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myIR, payments and more

What are schedular payments?

Schedular payments are payments made to people who are not employees, but who are employed under a contract for service (self-employed / independent contractors).

The tax code for schedular payments is 'WT' and the payments are taxed at the standard rate for the activity or a rate otherwise chosen by the contractor subject to minimums. If the contractor:

  • is GST registered, they will supply you with a tax invoice and you should work out the tax on the GST exclusive amount
  • isn't registered for GST work out the tax on the full amount
  • does not supply a Tax rate notification for contractors (IR330C), the tax will be deducted at the no-notification rate of 45% unless they are a company that is a non-resident contractor where the rate is 20%.

You may need to treat these payments differently for example where:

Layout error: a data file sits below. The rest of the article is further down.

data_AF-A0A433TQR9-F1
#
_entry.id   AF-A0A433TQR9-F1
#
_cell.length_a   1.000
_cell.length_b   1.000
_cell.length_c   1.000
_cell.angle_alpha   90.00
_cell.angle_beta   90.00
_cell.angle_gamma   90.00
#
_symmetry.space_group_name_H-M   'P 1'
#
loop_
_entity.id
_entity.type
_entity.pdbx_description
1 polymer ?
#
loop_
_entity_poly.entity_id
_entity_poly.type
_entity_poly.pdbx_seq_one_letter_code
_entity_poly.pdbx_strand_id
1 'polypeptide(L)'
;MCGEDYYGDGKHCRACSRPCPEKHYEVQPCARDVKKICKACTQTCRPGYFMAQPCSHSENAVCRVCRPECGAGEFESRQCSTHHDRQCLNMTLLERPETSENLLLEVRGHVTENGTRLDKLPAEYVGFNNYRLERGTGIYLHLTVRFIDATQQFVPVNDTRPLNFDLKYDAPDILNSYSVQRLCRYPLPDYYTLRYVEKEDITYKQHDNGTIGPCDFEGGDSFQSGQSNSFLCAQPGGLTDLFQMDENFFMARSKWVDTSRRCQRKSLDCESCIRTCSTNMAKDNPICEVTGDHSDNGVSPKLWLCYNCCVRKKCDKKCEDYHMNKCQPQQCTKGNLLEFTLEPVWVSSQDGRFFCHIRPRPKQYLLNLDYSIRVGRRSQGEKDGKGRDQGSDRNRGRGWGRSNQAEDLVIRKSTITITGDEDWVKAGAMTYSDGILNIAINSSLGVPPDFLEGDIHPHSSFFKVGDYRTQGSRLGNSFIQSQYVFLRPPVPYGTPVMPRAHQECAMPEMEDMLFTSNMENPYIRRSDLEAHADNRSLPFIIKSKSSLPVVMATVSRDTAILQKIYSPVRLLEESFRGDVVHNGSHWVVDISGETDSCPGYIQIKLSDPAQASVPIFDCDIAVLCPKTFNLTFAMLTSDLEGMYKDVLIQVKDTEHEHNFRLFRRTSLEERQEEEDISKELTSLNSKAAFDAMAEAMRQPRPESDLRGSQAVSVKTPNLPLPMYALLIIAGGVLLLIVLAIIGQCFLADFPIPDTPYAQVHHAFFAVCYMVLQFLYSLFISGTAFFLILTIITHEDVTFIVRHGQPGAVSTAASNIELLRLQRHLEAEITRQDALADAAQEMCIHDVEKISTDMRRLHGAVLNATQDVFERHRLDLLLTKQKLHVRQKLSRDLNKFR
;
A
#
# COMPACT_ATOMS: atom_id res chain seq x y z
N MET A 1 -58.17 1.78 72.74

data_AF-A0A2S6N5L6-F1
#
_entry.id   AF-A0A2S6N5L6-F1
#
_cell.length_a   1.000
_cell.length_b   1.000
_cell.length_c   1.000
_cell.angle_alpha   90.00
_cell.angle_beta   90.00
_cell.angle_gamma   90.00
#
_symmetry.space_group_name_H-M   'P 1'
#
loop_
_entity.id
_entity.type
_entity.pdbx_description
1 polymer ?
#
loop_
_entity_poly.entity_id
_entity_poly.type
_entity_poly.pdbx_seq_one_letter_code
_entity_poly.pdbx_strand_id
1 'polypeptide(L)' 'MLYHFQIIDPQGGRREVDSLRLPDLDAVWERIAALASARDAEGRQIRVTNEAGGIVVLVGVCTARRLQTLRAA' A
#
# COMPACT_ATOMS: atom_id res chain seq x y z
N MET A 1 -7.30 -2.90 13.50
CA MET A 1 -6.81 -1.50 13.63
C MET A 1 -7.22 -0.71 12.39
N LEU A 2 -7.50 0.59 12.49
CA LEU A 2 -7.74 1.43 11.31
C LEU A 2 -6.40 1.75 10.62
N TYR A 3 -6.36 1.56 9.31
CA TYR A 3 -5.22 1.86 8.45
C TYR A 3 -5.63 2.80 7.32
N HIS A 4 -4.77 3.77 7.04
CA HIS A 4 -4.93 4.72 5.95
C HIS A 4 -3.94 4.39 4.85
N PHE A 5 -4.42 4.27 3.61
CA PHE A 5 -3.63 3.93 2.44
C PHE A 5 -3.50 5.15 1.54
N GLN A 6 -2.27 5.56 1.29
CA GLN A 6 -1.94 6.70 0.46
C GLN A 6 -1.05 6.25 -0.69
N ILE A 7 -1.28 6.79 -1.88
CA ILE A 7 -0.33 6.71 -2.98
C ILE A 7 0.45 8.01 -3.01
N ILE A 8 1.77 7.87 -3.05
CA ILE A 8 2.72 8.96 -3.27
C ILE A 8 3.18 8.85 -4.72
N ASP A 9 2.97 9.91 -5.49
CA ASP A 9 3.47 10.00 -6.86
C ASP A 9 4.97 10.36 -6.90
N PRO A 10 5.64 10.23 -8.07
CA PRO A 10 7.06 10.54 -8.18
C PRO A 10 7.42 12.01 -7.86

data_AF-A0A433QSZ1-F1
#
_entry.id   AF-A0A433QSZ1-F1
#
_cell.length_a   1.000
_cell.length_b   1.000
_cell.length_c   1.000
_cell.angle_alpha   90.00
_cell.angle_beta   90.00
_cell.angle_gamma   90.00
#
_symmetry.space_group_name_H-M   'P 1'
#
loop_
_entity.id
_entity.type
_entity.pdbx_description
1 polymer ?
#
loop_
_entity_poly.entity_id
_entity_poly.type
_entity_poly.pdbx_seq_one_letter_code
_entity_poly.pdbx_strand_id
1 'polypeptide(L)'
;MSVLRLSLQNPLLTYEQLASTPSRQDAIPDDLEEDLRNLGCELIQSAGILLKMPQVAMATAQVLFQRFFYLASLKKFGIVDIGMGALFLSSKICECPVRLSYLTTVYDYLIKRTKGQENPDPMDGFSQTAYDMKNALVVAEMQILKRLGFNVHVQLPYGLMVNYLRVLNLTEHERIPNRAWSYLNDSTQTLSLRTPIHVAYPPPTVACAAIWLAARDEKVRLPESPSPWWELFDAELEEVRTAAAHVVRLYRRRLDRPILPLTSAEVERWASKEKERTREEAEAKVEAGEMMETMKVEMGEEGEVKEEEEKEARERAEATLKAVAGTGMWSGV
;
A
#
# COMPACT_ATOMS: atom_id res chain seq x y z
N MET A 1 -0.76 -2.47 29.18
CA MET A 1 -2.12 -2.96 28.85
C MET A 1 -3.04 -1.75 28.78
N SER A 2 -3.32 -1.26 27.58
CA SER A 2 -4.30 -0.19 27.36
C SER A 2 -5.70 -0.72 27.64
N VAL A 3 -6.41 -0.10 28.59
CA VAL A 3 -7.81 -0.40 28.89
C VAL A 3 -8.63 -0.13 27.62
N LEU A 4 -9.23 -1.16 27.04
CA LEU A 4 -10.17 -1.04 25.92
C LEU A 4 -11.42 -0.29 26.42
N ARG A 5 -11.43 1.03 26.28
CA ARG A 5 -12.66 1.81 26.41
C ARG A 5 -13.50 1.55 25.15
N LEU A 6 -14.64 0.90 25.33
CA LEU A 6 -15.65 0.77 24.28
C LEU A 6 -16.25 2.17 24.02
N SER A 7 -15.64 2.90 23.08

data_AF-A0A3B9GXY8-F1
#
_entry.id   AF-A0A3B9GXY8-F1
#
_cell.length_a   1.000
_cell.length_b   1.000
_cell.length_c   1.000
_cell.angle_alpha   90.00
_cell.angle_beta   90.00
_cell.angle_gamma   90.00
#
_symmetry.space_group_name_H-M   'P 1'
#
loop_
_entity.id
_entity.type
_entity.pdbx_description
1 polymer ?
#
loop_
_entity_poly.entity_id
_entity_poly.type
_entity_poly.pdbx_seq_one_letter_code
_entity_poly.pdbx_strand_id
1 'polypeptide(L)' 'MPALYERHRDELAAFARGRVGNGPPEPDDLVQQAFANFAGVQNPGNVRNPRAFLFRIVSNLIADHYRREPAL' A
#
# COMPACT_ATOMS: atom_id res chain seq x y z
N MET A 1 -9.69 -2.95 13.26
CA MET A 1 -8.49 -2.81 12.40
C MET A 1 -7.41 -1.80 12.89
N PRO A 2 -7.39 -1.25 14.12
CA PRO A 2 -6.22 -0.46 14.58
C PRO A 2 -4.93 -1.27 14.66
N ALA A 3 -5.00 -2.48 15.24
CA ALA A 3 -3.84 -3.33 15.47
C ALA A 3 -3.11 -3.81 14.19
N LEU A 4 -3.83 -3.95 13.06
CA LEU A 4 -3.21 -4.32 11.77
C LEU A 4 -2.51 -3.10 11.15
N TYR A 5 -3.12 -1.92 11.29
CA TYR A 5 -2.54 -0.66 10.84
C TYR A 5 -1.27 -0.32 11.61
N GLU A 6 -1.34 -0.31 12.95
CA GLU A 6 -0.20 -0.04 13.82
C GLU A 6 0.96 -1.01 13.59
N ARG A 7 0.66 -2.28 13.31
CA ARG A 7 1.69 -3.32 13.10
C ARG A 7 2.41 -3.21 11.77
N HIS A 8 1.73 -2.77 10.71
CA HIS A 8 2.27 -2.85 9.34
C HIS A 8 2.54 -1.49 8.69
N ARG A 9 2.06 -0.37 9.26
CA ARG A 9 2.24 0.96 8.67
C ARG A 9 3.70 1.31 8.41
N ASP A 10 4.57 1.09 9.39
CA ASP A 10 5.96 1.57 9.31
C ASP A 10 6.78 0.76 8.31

• a certificate of exemption is provided - no tax is deducted by the payer
  • a special tax rate certificate is provided - tax is deducted at the specified rate on the certificate
  • the contractor is a company - no tax is deducted by the payer

unless the company is:

  • working in the agricultural, horticultural and viticultural industries, or
  • a non-resident entertainer, or
  • a non-resident contractor, or
  • receiving payments made to it under a labour hire arrangement from a labour hire business.

Find out more about exemptions ›
Find out more about tax on schedular payments ›
View our Tax code notification for contractors (IR330C) form ›

How you deal with other payments

You may make payments or give allowances to employees. Some are taxable and some aren't.

  • Benefit allowances (taxable) examples include - accommodation, farm cottage or board.
  • Reimbursing allowances (not taxable) examples include - mileage allowance, tools.
  • Travel allowances (taxing depends on situation) examples - includes working outside normal hours of work, or outside normal place of work.
  • Wages to school children (depends on the circumstances) - primary and secondary students only.
  • Wages to spouse (taxable) - husband, wife, defacto or civil union partner.
  • Lump sum payments (taxable) examples include - bonuses, retiring or redundancy payments.
  • Holiday pay (taxable) examples include - holiday pay and pay for statutory holiday.

If you're a sole trader you can't pay yourself a wage - you take money from the business for personal use (these are called drawings).

Find out about special types of workers ›